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the micron count actually refers to the diameter of each individual strand of wool, not the diameter of the spun yarn. you could spin bulky yarn with very fine alpaca, and likewise, you could spin a lace weight with a coarse mohair.
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Old 08-22-2007, 12:49 AM   #17
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Originally Posted by Jan in CA View Post
I think there are different kinds of sheep that produce a softer wool... merino I think is one, but I think that part of the softness is in processing. I usually can't wear wool at all, but I was at my LYS and someone was using Lorna's Laces 100% superwash wool and it was soooooo soft! Can you shop online? I know shipping can be a problem for those of you out of the country.

Yes, I can shop online and will probably do so from a shop in England, once I ever decide what I want. The shipping doesn't cost nearly as much as from the states.

I am just tired of scratching around in my LYS (pardon the pun, how awful) and never finding quite what I want/picture/imagine. Thanks for the tip on Lorna's Laces!
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Old 08-22-2007, 12:54 AM   #18
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Originally Posted by Stiney View Post
That could be the mohair, too. While some wools are itchy, I have found many (including merino), to be soft enough to wear against my skin. But anything mohair? I just can't do it. It feels fine on my hands, but anywhere it's just too itchy.


I had no idea.

The yarn I am using now (with the 10% mohair) looks exactly like my cat. It's the exact same shade of light brown and the mohair used in it is white, so it looks like my cat's white guard hairs sticking out. This choice must say something about me, but I don't know what.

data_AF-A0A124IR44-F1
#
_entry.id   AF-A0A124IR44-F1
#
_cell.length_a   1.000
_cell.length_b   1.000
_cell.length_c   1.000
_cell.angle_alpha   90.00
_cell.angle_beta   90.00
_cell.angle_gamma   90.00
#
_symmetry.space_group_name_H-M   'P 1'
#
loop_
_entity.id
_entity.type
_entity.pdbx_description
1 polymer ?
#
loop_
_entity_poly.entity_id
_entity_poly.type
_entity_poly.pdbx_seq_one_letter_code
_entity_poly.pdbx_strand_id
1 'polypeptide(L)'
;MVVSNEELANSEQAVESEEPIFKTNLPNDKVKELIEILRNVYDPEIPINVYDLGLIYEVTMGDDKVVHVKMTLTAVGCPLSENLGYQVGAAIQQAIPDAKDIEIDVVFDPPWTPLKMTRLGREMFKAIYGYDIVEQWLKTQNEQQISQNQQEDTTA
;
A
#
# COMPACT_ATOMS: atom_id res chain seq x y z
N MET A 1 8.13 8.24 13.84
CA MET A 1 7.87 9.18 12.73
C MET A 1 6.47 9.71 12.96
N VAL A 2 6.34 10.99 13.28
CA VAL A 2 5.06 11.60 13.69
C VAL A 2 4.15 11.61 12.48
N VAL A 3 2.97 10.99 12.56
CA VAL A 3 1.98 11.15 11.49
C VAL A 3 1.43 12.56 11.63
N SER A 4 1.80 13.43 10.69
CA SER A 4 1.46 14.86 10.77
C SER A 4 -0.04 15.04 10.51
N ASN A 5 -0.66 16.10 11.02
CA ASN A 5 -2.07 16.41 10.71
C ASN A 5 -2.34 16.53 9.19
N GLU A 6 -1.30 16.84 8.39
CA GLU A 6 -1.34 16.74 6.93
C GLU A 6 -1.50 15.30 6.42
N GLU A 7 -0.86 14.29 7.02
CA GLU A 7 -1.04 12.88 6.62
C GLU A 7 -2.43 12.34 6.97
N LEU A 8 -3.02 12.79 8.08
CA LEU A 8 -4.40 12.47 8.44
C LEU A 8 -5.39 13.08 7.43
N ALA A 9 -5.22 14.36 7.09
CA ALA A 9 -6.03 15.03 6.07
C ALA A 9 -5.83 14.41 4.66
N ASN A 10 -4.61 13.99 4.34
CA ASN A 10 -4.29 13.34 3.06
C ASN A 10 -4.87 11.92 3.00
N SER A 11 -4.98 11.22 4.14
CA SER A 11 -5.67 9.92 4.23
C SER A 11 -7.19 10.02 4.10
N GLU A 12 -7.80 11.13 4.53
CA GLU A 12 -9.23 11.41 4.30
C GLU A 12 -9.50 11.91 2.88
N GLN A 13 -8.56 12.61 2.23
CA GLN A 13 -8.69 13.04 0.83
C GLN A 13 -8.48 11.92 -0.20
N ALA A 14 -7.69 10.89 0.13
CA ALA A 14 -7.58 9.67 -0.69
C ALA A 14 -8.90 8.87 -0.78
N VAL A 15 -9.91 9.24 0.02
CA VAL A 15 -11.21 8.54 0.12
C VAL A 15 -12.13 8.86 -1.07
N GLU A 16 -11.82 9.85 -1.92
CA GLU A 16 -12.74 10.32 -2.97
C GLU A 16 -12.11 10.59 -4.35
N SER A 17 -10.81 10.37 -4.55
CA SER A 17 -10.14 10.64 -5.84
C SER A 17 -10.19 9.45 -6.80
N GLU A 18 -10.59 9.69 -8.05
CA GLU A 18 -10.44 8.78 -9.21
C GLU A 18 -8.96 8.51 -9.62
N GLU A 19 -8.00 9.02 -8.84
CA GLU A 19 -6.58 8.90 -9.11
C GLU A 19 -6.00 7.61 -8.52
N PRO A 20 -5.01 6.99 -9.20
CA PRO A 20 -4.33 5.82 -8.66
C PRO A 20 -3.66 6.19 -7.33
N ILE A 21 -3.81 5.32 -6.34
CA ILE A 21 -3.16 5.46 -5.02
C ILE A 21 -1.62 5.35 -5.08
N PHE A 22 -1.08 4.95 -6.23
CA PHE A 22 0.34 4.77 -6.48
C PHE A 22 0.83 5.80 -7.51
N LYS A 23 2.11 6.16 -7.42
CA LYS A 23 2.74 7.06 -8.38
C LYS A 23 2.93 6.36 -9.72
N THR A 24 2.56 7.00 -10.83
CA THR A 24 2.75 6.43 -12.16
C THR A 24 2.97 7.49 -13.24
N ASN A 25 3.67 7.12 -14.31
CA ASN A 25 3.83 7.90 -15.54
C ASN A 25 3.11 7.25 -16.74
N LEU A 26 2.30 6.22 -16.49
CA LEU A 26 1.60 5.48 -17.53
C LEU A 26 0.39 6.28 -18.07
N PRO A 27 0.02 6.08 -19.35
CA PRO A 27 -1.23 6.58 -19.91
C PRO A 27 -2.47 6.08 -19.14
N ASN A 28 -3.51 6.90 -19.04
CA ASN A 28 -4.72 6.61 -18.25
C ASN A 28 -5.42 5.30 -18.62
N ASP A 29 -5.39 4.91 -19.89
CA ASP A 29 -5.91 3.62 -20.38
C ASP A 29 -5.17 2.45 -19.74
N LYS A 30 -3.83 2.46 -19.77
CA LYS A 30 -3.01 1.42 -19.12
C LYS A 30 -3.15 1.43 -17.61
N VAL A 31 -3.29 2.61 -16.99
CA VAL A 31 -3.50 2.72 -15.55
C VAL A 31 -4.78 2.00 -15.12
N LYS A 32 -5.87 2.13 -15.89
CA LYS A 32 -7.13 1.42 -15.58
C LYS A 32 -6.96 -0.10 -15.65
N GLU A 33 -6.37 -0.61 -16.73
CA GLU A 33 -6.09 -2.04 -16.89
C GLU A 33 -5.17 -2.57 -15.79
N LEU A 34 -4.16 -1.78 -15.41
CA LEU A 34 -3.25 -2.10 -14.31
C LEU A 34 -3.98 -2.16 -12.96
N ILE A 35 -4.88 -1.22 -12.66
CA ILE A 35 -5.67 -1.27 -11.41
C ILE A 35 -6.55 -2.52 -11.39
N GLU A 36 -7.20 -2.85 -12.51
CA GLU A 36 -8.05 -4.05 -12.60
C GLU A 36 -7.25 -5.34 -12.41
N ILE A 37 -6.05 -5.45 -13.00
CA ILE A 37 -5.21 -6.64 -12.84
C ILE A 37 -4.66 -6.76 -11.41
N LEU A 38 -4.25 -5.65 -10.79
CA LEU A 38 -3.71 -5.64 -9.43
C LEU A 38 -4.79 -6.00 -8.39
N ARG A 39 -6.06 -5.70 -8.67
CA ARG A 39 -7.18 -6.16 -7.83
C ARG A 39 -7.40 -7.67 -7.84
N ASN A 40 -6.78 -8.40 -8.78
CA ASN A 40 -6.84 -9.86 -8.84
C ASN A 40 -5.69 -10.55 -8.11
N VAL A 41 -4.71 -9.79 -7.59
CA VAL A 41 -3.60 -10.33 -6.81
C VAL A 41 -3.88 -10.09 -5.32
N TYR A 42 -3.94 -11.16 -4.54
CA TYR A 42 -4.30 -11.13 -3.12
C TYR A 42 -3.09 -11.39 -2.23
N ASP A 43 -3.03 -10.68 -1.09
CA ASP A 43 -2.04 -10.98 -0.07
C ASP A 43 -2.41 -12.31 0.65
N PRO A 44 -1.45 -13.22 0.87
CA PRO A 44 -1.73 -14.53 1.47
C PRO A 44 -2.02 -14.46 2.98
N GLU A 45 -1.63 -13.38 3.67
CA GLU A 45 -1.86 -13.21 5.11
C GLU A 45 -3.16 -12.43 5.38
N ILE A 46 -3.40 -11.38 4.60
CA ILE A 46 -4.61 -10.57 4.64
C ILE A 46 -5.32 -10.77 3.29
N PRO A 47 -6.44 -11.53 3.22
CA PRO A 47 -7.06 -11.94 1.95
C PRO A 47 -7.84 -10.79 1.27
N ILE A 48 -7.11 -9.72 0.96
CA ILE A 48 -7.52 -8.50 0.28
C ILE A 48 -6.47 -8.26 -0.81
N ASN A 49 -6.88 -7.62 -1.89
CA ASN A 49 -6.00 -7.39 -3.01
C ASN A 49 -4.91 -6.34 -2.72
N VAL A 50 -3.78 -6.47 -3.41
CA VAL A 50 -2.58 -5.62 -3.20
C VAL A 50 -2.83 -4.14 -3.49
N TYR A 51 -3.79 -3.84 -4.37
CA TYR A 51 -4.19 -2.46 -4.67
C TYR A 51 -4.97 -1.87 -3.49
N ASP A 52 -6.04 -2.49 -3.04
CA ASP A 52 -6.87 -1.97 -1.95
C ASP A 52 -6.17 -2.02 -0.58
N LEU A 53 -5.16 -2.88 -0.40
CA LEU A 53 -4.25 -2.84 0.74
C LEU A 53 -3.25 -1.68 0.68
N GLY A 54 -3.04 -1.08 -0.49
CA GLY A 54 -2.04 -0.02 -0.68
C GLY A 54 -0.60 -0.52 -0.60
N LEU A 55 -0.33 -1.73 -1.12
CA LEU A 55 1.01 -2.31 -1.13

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Old 08-22-2007, 01:27 AM   #19
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IamtheWalter,

Thank you for that post. That's exactly the sort of information I was interested in learning. There's a big textile/fiber/yarn industry here, but that absolutely does not equate with cute, quality yarns in the shops. I think you hit the nail on the head in the paragraph about meat sheep. Certainly people eat a lot of sheep here, and also eat plenty of sheep milk cheese and yogurt. That is the main use of sheep here, I am sure. In addition, there's a big industry of heavy wool carpets.

I was looking through your provided link about sheep breeds, and can't believe how many they are. I'd like to know what kind of sheep some people in my village have, and think it looks quite a bit like the Sicilian Barbary, but the page says it "usually" has dark spots on the face and legs, and these don't. I haven't been through the whole list yet, though. These sheep are sadly very ugly, with goatlike faces. They grow these huge fleeces and when they are shorn, it seems like there's nothing left of the sheep! They are also very tall, and can stick their head in my car window when I am waiting for them to pass by. They are almost all cream colored, but very occasionally I will see a lamb with black or brown patches.